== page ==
October 19, 2021
New Zealand can expect a major spike in dementia cases particularly among Māori, Pasifika and Asian communities, according to a new study.
Existing dementia support services are already struggling to cope with the increasing demand and are genuinely concerned about the sizeable dementia challenge facing New Zealand, Dementia NZ chief executive Scott Arrol says.
Dementia will cost New Zealand nearly $6 billion a year by 2050 and one in four New Zealanders will die with the condition.
The World Health Organisation has made an appeal for renewed commitment from governments around the planet to have a plan for dealing with dementia, Arrol says. “Our government is among those countries without a plan but they have indicated support for the updated dementia mate wareware action plan.
“It has been delivered to Associate Health Minister Ayesha Verral by the lead dementia mate wareware organisations who have collaboratively developed the plan for the sector,” Arrol says.
The sector groups who jointly developed the updated Plan were Dementia NZ, Alzheimers NZ, NZ Dementia Foundation and the Mate Wareware Advisory Rōpū. Mate refers to being unwell while wareware means to forget or be forgotten.
Kaiwhakarite of the Mate Wareware Advisory Rōpū, Dr Makarena Dudley acknowledges the partnership with Māori in the development of the plan.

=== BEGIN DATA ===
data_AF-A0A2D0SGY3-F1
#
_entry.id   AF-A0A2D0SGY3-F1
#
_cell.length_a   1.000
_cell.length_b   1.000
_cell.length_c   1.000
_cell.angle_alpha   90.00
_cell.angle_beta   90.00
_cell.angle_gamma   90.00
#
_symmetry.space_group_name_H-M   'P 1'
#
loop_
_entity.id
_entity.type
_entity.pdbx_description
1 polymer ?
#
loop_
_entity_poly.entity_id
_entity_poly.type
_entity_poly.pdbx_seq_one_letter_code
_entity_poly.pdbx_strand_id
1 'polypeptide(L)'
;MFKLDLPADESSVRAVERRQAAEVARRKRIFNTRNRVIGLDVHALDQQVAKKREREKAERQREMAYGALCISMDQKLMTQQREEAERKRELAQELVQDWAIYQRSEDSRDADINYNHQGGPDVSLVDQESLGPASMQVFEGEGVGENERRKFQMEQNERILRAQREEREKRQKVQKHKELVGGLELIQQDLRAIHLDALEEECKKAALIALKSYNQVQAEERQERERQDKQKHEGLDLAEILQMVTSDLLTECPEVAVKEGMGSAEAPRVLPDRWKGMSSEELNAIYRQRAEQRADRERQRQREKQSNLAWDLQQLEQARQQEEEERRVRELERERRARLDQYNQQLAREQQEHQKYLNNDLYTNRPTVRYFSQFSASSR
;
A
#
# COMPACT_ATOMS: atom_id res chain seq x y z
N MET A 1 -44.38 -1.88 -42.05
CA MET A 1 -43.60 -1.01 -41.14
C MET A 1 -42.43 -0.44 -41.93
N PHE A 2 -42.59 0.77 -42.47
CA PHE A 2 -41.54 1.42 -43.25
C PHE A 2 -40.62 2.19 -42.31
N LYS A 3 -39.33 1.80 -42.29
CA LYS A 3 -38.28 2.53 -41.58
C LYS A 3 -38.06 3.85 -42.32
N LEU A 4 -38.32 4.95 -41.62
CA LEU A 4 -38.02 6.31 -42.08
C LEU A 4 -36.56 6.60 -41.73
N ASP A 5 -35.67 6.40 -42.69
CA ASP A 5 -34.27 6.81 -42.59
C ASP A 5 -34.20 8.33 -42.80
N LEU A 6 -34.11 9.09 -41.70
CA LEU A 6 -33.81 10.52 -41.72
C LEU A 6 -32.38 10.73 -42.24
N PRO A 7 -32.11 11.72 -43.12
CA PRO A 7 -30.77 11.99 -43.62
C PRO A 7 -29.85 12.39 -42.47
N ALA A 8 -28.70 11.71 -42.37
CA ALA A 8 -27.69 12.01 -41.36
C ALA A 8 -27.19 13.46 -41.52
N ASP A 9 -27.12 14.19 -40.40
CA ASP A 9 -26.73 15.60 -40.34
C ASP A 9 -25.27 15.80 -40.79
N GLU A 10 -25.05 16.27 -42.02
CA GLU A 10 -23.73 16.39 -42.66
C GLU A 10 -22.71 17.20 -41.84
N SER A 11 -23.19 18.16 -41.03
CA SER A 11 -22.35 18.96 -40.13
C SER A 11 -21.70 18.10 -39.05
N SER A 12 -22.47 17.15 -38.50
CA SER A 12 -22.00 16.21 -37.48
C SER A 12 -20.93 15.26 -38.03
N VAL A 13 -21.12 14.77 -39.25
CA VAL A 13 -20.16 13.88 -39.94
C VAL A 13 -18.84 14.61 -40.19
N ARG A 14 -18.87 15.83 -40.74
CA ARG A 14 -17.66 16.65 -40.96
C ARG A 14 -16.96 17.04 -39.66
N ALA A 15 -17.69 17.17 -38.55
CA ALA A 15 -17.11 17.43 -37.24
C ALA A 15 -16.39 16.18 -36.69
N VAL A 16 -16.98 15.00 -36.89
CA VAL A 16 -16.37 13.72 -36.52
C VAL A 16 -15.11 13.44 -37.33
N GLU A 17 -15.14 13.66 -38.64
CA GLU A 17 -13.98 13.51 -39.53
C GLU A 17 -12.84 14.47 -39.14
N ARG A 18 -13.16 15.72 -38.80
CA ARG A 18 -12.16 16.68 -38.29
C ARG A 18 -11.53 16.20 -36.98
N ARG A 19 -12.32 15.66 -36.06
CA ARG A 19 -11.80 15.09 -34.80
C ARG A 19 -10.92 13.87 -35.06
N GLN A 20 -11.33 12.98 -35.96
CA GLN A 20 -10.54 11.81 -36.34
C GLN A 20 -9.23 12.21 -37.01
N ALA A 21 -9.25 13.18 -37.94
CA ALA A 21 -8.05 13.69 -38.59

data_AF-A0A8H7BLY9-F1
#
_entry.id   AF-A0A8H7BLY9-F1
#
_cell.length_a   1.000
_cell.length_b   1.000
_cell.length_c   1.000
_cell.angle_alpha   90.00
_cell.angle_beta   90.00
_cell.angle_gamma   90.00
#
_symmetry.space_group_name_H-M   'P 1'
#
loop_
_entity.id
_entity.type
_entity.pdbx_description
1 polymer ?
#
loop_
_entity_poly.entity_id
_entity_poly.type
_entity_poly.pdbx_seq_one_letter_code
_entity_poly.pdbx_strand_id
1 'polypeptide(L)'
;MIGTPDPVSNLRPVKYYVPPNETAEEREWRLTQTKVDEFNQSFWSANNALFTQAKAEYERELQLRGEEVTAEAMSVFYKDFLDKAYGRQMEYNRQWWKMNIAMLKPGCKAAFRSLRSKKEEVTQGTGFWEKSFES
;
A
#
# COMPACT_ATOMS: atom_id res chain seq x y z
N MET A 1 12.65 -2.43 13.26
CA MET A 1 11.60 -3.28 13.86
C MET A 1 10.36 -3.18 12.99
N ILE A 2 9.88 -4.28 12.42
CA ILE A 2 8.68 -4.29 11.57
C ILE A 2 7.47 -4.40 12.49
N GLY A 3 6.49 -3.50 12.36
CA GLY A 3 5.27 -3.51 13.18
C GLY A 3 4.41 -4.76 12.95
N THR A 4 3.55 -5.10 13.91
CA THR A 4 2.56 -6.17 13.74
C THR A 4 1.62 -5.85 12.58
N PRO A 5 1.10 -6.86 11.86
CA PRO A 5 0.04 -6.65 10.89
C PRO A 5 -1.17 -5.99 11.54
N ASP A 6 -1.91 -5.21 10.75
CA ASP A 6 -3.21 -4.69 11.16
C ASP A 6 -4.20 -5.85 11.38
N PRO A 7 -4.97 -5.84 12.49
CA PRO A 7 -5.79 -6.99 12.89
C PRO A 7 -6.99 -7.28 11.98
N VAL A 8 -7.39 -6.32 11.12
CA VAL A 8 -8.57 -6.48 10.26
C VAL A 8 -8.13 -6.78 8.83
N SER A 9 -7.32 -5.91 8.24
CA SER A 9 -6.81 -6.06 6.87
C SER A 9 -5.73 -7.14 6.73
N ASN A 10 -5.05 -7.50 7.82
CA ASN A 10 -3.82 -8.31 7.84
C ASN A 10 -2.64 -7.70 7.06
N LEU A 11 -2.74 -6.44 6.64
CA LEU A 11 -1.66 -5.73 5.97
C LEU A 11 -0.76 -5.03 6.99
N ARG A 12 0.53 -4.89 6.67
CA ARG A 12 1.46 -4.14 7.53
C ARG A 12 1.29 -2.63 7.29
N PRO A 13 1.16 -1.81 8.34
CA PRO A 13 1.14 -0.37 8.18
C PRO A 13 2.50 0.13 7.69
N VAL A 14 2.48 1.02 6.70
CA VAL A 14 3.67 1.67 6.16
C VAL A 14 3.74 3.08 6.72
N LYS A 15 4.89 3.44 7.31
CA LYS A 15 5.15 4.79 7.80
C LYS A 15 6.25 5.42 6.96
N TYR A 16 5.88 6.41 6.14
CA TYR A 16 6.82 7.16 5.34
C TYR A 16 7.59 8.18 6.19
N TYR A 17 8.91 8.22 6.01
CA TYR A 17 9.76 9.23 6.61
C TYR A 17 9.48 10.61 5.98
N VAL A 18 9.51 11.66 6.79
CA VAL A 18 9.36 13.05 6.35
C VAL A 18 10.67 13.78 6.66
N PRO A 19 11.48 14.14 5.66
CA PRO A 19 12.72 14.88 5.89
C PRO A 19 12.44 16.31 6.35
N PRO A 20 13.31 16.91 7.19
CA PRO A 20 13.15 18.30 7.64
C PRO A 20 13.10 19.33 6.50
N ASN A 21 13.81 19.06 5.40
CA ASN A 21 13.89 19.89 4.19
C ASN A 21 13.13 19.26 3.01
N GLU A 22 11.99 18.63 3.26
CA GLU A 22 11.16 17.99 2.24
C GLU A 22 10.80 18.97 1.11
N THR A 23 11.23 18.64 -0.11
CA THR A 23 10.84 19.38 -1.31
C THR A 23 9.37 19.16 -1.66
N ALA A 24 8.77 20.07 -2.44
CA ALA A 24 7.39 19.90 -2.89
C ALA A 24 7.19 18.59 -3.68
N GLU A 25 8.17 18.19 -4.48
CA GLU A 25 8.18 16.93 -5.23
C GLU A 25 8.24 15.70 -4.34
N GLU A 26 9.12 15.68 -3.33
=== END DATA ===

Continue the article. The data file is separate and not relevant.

“This plan addresses the inequities experienced by Māori as well as other cultural groups living with mate wareware in Aotearoa New Zealand,” Dr Dudley says. Arrol says they are calling on health minister Andrew Little and the associate minister to deliver on the dementia mate wareware action plan without further delay.
“By working together, the sector groups have shown the way on how plans for the provision of these crucial health services can be developed with a firm focus on what is best for those who require these services now and into the future.”
“We have invested our own resources, commitment and vision for how people with dementia mate wareware and their whanau must be supported. In doing so, the plan has strengthened its Kaupapa Māori, equity provisions and to reflect the reforms to the country’s health and disability system.”
Arrol says there are about 70,000 Kiwis currently living with dementia mate wareware and this is projected to grow to 170,000 in the next 25 years.
“This includes sharp increases in the percentage of people in Māori, Pasifika and Asian communities developing the disease as identified in the dementia economic impact report 2021.
With immense pressure already being felt by the providers of dementia mate wareware community support services there also must be an urgent review of funding levels for the provision of these services.
“Things are on a knife edge currently with a big gap between government funded services and the sharp growth in demand, which is forcing providers such as Dementia NZ and Alzheimers NZ to increasingly bridge the funding gap with fundraising activities, grants, donations and events.
“We are having to rattle tins on street corners and rely on the generosity of fellow Kiwis and money from gambling proceeds to make ends meet while the demand on our services grows exponentially. Many people are missing support due to the lack of government funding and delays in delivering on the plan.”